January 29, 2007

Red Snaps Winless Streak, Defeats Colgate

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Jumping for joy, his arms raised, rookie Justin Milo suddenly found himself mobbed by teammates. After witnessing so many breaks in favor of the opposition, the men’s hockey team finally got a favorable one on Saturday night. Actually, it got two.

Milo scored the game-winner off a rebound for his second career goal and senior Mitch Carefoot scored the game-tying goal off of rookie Brendon Nash’s wide shot to snap Cornell’s (10-8-3, 6-5-3 ECACHL) streak of seven games without a victory and defeat rival Colgate (11-13-4, 5-6-3), 2-1, at Lynah Rink.

“We had a bad break down around our net, otherwise, we’d probably still be out there playing in overtime right now,” said Colgate coach Don Vaughan. “So, it’s a bad break of the puck — it didn’t bounce for us tonight.”

The win was also Cornell head coach Mike Schafer’s 231st, making him the all-time winningest coach in the men’s hockey team’s illustrious history.

“It’s a great opportunity for us to move forward here and start to string some wins along together,” Schafer said. “We give up a soft goal and then we come all the way back and, obviously, tie it up and get the game-winner.”

The “soft goal” came from junior assistant captain Tyler Burton. Burton put Colgate ahead at 4:46 in the second period with a wraparound shot that fooled freshman goalie Ben Scrivens. Goaltending has been a point of concern for the Red this season, with neither Scrivens nor sophomore Troy Davenport having asserted himself as the clear starter. But on this night, Scrivens came through for the Red.

“I was a little late going down, so it went under my first pad and hit my second pad and went in,” said Scrivens, who made 24 saves on the night. “He just caught me off. That goal doesn’t happen too often. I just tried to rebound after that.”

Both Scrivens and his Colgate counterpart, junior Mark Dekanich — the reigning co-ECACHL Goaltender of the Week — had plenty of help from their defenses. The Raiders blocked 11 shots while the Red blocked 10, and the two teams combined to go 0-for-9 on the power play. Cornell allowed only two shots on the penalty kill while managing 10 against Colgate’s penalty killing unit. But on Burton’s goal, the forward was able to skate around behind net and get an open look on net.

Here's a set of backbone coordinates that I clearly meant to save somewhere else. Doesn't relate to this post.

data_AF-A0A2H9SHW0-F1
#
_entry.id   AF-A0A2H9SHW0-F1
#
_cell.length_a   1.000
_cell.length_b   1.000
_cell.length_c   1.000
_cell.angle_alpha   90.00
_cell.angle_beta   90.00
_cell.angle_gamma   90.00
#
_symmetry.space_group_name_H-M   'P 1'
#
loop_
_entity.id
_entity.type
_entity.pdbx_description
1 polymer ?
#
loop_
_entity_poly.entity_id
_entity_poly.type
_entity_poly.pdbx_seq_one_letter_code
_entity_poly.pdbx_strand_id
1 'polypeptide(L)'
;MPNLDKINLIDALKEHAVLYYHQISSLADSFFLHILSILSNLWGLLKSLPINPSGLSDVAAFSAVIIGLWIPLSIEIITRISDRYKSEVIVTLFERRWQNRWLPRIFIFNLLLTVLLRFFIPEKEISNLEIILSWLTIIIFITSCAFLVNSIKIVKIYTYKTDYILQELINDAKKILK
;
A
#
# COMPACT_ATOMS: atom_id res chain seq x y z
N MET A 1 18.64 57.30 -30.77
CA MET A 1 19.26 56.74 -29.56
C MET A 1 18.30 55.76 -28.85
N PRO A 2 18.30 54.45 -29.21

“You could sense on the bench that, when the first one went in on us, it was like, ‘not again,’” Schafer said. “But as I said, character-wise, they never let down they didn’t question. They plowed ahead and kept plugging.”

The Red’s efforts to tie the score were rewarded just over five minutes later. Sophomore Jared Seminoff passed across the top of the offensive zone to Nash, who one-timed a slap shot wide to Dekanich’s left. The shot was low and ricocheted to the goaltender’s right, where senior Mitch Carefoot was able to backhand it in for a goal.

“Nash just shot it off the end boards, and I just planted myself [on] net,” Carefoot said. “It’s something we practiced … I got a lucky bounce.”

From there, the Red seemed to push even harder for the second goal, dominating possession and out-working the Raiders along the boards. Cornell out-shot Colgate 23-16 in the second and third periods combined, and 36-25 for the game.

The Red finally got the breakthrough it had been waiting all year for at 14:38 in the third period. Senior defenseman Dan Glover skated along the left wing all the way down behind goal and then worked his way to the opposite side behind the net. Glover threw the puck in front where Milo was waiting, and the rookie did the rest.

“I just stayed in front because I thought he was going to hit me with it, and he did, and I got my own rebound and banged it home,” Milo said. “It was just a huge goal for us, and then it was only my second goal of my career, so it just felt great. … We were all pumped up and it felt good.”

“It’s a pass off from the corner. I make a big save off the one-timer in front, and the guy picks up the rebound and puts it in,” Dekanich said. “I thought we played better tonight than we did on Thursday [night’s victory over Cornell]. … Just lucky bounces.”

Special teams proved to be a major part of the contest late when, with 4:37 remaining, junior Doug Krantz received a five-minute major for hitting from behind, and a game misconduct. But the Red cleared the puck 10 times, endured 36 seconds of 6-on-4 hockey, and allowed only two shots on net during that span to get its first win of the not-so-new year.

“It was a great character moment for us — that last four and a half minutes — to kill off to win the hockey game,” Schafer said.

“We had a five-minute major at the end of the game, and I don’t know if we even mustered a shot,” Vaughan said. “I thought we forced things. I don’t know if the crowd had something to do with that or the urgency of the moment. But I didn’t think we played with as much composure as we did the other night.”

After having so many opportunities slip away in the final period this season, the Cornell players were glad to finally play well enough to earn a win with their play in the game’s final frame.

“This is kind of a turning point for us, we have to build off this now,” Scrivens said. “I thought we’ve played well the last six or seven games; we just weren’t getting the outcomes we wanted. But we weren’t changing our work ethic.”